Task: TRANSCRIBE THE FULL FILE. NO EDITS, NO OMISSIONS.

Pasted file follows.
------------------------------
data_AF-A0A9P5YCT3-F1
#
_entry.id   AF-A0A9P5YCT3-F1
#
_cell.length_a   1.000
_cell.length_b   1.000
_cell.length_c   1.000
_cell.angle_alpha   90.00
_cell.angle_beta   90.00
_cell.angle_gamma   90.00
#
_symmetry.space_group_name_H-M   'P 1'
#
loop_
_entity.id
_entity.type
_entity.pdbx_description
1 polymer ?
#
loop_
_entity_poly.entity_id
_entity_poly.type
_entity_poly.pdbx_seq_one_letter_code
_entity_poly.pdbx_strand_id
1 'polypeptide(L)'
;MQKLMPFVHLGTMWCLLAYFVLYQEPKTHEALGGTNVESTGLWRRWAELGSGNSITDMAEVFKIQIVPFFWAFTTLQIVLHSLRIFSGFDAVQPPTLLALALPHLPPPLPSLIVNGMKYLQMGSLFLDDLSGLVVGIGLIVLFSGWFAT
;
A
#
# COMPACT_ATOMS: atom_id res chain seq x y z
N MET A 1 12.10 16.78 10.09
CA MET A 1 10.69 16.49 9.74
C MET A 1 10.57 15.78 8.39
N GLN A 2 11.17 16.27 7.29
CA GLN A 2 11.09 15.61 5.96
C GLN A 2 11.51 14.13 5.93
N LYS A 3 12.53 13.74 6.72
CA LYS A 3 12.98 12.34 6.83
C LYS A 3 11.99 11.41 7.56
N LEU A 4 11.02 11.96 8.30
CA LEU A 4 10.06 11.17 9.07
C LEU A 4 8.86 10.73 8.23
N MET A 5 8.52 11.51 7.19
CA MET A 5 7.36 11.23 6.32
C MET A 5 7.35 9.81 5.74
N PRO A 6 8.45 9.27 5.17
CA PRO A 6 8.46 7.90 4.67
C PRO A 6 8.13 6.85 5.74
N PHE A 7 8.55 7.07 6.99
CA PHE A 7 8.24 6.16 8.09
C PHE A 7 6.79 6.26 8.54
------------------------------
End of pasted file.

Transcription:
data_AF-A0A9P5YCT3-F1
#
_entry.id   AF-A0A9P5YCT3-F1
#
_cell.length_a   1.000
_cell.length_b   1.000
_cell.length_c   1.000
_cell.angle_alpha   90.00
_cell.angle_beta   90.00
_cell.angle_gamma   90.00
#
_symmetry.space_group_name_H-M   'P 1'
#
loop_
_entity.id
_entity.type
_entity.pdbx_description
1 polymer ?
#
loop_
_entity_poly.entity_id
_entity_poly.type
_entity_poly.pdbx_seq_one_letter_code
_entity_poly.pdbx_strand_id
1 'polypeptide(L)'
;MQKLMPFVHLGTMWCLLAYFVLYQEPKTHEALGGTNVESTGLWRRWAELGSGNSITDMAEVFKIQIVPFFWAFTTLQIVLHSLRIFSGFDAVQPPTLLALALPHLPPPLPSLIVNGMKYLQMGSLFLDDLSGLVVGIGLIVLFSGWFAT
;
A
#
# COMPACT_ATOMS: atom_id res chain seq x y z
N MET A 1 12.10 16.78 10.09
CA MET A 1 10.69 16.49 9.74
C MET A 1 10.57 15.78 8.39
N GLN A 2 11.17 16.27 7.29
CA GLN A 2 11.09 15.61 5.96
C GLN A 2 11.51 14.13 5.93
N LYS A 3 12.53 13.74 6.72
CA LYS A 3 12.98 12.34 6.83
C LYS A 3 11.99 11.41 7.56
N LEU A 4 11.02 11.96 8.30
CA LEU A 4 10.06 11.17 9.07
C LEU A 4 8.86 10.73 8.23
N MET A 5 8.52 11.51 7.19
CA MET A 5 7.36 11.23 6.32
C MET A 5 7.35 9.81 5.74
N PRO A 6 8.45 9.27 5.17
CA PRO A 6 8.46 7.90 4.67
C PRO A 6 8.13 6.85 5.74
N PHE A 7 8.55 7.07 6.99
CA PHE A 7 8.24 6.16 8.09
C PHE A 7 6.79 6.26 8.54